Best New Denver Podcast 2022 | Ghost Train | Best of Denver® | Best Restaurants, Bars, Clubs, Music and Stores in Denver | Westword

Have you ever wondered why RTD's L Line has such a tiny service area? Why there's no connection between Denver and Boulder, much less stops at all of the subdivisions that fill the space in between? You're not alone. In the four-part podcast series Ghost Train, Colorado Public Radio's Nathaniel Minor explores the past, present and future of transit in metro Denver, starting from the 2004 vote to back FasTracks that was meant to make Denver a world-class city. But it's been a frustrating ride so far, and Ghost Train covers all the bumps along the way.

If you're a fan of This American Life or The Moth Radio Hour, you might already be a fan of Denver's The Narrators, a podcast along the same lines but with a Mile High spin. And if you're not yet a fan, you should be. Local entertainers, writers and raconteurs share true stories from their lives. The show — which will soon reach its 250th episode — began back in 2010 at Paris on the Platte with Those Who Can't star Andrew Orvedahl as host. These days, it's taped live weekly at Buntport Theater, where it's hosted by Ron Doyle and Erin Rollman; recent themes have covered such wide-ranging topics as blowjobs, grandmas, marital infidelity, culinary school, old friends, shoplifting, and using the outhouse at summer camp.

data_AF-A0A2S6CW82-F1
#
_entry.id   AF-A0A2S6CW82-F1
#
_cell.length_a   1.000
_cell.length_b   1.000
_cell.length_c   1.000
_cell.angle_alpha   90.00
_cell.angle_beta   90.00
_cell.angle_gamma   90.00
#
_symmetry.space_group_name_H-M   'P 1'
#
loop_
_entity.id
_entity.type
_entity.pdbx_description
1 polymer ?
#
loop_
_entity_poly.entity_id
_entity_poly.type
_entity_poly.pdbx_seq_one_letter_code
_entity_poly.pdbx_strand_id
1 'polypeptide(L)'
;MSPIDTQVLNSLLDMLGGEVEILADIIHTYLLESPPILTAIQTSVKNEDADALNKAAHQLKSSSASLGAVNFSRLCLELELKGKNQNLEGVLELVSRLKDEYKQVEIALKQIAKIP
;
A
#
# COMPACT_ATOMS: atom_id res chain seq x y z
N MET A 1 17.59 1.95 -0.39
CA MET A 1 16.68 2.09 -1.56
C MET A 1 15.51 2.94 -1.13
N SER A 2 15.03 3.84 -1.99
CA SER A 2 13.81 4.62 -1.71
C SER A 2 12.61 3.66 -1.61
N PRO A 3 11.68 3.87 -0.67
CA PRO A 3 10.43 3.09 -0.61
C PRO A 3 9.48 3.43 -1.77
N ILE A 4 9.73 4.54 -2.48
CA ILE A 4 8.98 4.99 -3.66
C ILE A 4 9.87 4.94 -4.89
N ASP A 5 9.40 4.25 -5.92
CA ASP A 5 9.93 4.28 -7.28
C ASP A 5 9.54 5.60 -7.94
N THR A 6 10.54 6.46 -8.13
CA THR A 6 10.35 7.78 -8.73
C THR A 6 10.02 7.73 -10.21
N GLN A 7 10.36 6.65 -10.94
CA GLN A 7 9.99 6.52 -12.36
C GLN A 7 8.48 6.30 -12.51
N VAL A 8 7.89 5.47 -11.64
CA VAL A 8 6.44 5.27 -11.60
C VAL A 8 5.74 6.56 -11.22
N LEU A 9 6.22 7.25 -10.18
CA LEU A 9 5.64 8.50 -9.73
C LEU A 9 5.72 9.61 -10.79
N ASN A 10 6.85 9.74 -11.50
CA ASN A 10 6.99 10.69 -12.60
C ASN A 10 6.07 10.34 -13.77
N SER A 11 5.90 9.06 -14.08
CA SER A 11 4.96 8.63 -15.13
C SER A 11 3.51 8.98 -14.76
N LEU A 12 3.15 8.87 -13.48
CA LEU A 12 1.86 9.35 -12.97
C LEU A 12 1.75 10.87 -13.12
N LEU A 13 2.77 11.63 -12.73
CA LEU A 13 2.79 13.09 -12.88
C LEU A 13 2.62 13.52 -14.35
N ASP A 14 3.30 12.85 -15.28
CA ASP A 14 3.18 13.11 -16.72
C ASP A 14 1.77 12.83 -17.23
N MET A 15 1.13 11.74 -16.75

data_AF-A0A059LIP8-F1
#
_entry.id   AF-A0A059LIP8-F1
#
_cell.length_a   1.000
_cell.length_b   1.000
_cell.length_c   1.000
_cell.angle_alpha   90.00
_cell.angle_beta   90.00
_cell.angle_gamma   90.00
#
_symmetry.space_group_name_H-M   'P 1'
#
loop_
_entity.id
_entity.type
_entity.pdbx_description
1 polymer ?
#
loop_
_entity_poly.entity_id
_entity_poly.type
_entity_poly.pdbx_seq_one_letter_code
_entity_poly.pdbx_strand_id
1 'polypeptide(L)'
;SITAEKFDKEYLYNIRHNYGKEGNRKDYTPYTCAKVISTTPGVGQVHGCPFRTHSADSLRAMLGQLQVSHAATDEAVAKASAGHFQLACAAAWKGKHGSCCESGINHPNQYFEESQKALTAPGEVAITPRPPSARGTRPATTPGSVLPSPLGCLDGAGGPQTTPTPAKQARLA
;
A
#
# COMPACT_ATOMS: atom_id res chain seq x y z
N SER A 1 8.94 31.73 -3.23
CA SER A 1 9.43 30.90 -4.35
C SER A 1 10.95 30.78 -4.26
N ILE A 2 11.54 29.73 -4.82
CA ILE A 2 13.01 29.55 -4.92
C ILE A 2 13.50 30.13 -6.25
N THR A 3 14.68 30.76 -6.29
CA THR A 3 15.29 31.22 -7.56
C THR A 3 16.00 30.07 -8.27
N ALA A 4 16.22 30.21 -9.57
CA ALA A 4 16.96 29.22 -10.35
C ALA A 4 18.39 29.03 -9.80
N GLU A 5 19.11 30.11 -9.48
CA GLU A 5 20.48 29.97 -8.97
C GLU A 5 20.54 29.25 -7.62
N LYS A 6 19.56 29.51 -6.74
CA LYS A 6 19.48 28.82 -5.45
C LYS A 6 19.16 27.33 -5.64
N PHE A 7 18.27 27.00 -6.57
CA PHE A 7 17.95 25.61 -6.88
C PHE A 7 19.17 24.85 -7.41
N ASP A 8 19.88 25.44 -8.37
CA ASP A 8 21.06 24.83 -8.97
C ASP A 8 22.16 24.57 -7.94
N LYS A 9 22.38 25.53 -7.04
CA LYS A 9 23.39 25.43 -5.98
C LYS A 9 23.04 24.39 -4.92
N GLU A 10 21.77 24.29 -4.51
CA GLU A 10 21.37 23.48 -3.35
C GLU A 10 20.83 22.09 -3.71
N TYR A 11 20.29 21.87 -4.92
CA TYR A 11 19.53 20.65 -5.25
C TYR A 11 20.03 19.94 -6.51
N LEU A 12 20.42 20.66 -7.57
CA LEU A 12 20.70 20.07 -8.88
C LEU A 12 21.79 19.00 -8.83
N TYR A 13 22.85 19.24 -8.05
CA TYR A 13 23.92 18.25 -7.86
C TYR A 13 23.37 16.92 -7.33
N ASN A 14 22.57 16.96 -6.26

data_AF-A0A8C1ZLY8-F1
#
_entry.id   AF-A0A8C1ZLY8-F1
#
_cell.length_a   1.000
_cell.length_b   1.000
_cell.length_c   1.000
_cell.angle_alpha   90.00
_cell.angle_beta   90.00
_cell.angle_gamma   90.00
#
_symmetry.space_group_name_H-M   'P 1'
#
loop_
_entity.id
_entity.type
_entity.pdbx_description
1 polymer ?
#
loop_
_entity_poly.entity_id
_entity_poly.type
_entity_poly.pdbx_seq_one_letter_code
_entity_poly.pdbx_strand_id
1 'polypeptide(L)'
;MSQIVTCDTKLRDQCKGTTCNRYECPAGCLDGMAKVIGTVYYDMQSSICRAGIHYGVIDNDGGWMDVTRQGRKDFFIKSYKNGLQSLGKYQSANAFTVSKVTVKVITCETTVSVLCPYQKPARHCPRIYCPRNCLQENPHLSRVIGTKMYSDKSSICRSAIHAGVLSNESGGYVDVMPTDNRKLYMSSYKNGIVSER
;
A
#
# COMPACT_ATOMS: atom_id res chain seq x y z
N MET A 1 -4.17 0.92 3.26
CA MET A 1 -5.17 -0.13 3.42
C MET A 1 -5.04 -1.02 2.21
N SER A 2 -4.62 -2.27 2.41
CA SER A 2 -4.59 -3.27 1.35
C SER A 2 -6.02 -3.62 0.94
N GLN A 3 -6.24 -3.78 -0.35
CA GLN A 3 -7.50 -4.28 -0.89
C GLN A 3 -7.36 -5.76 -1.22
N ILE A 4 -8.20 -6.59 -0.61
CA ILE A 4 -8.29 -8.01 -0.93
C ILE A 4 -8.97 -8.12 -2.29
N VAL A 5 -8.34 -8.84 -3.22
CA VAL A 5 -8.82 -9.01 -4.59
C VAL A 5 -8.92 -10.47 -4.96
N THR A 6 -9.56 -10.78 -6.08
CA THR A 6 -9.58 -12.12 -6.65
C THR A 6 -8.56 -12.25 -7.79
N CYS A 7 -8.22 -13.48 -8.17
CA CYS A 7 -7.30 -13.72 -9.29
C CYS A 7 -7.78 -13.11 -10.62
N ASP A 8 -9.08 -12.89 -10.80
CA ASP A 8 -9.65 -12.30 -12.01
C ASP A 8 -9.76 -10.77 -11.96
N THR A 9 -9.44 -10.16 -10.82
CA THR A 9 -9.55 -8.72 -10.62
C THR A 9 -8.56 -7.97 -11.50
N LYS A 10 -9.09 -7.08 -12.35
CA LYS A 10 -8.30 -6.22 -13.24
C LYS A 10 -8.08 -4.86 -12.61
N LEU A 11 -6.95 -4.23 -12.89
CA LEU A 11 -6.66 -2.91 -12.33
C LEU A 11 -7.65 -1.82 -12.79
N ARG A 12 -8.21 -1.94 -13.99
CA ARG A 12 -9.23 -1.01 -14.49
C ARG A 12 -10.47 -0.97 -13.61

Sports-talk radio in metro Denver is far more vibrant than the news format right now — and in a crowded field, Darren D-Mac McKee is the most valuable player. He topped genre ratings for a decade-plus when teaming with ex-Denver Broncos great Alfred Williams, who got most of the credit. But even after Williams moved on to KOA, McKee has continued to excel in the high-profile afternoon-drive slot thanks to provocative takes, a wild sense of humor and the ability to make his partners (currently another ex-Bronco, Tyler Polumbus) sound much, much better.

If the coin shortage has you scratching your head, wondering where you'll find the change to do your laundry, Glendale Laundromat has you covered. This basic but clean facility has machines of many sizes, from two-load standards to eight-load mammoths — and most of them take credit cards. Rather than cycling through load after load, here you can finish a month's worth of laundry in just a few hours: Wash, dry, fold and walk away satisfied. Washer prices start at $2 for a double load, and dryers are 25 cents for six minutes.

Annoyed that Denver's street parking rates increased to $2 per hour this year? At least Pay by Phone can make your parking experience smoother. The Denver Department of Transportation and Infrastructure started enabling Pay by Phone at meters across the city last year. The app's function is all in the name: Download it for free, find your parking zone and pay then and there. If you're not sure how long you might be, the app allows you to remotely add time. With Pay by Phone, there's no more digging for coins in your pockets — a good thing, because the quarters required to pay for a few hours these days might require a pack mule.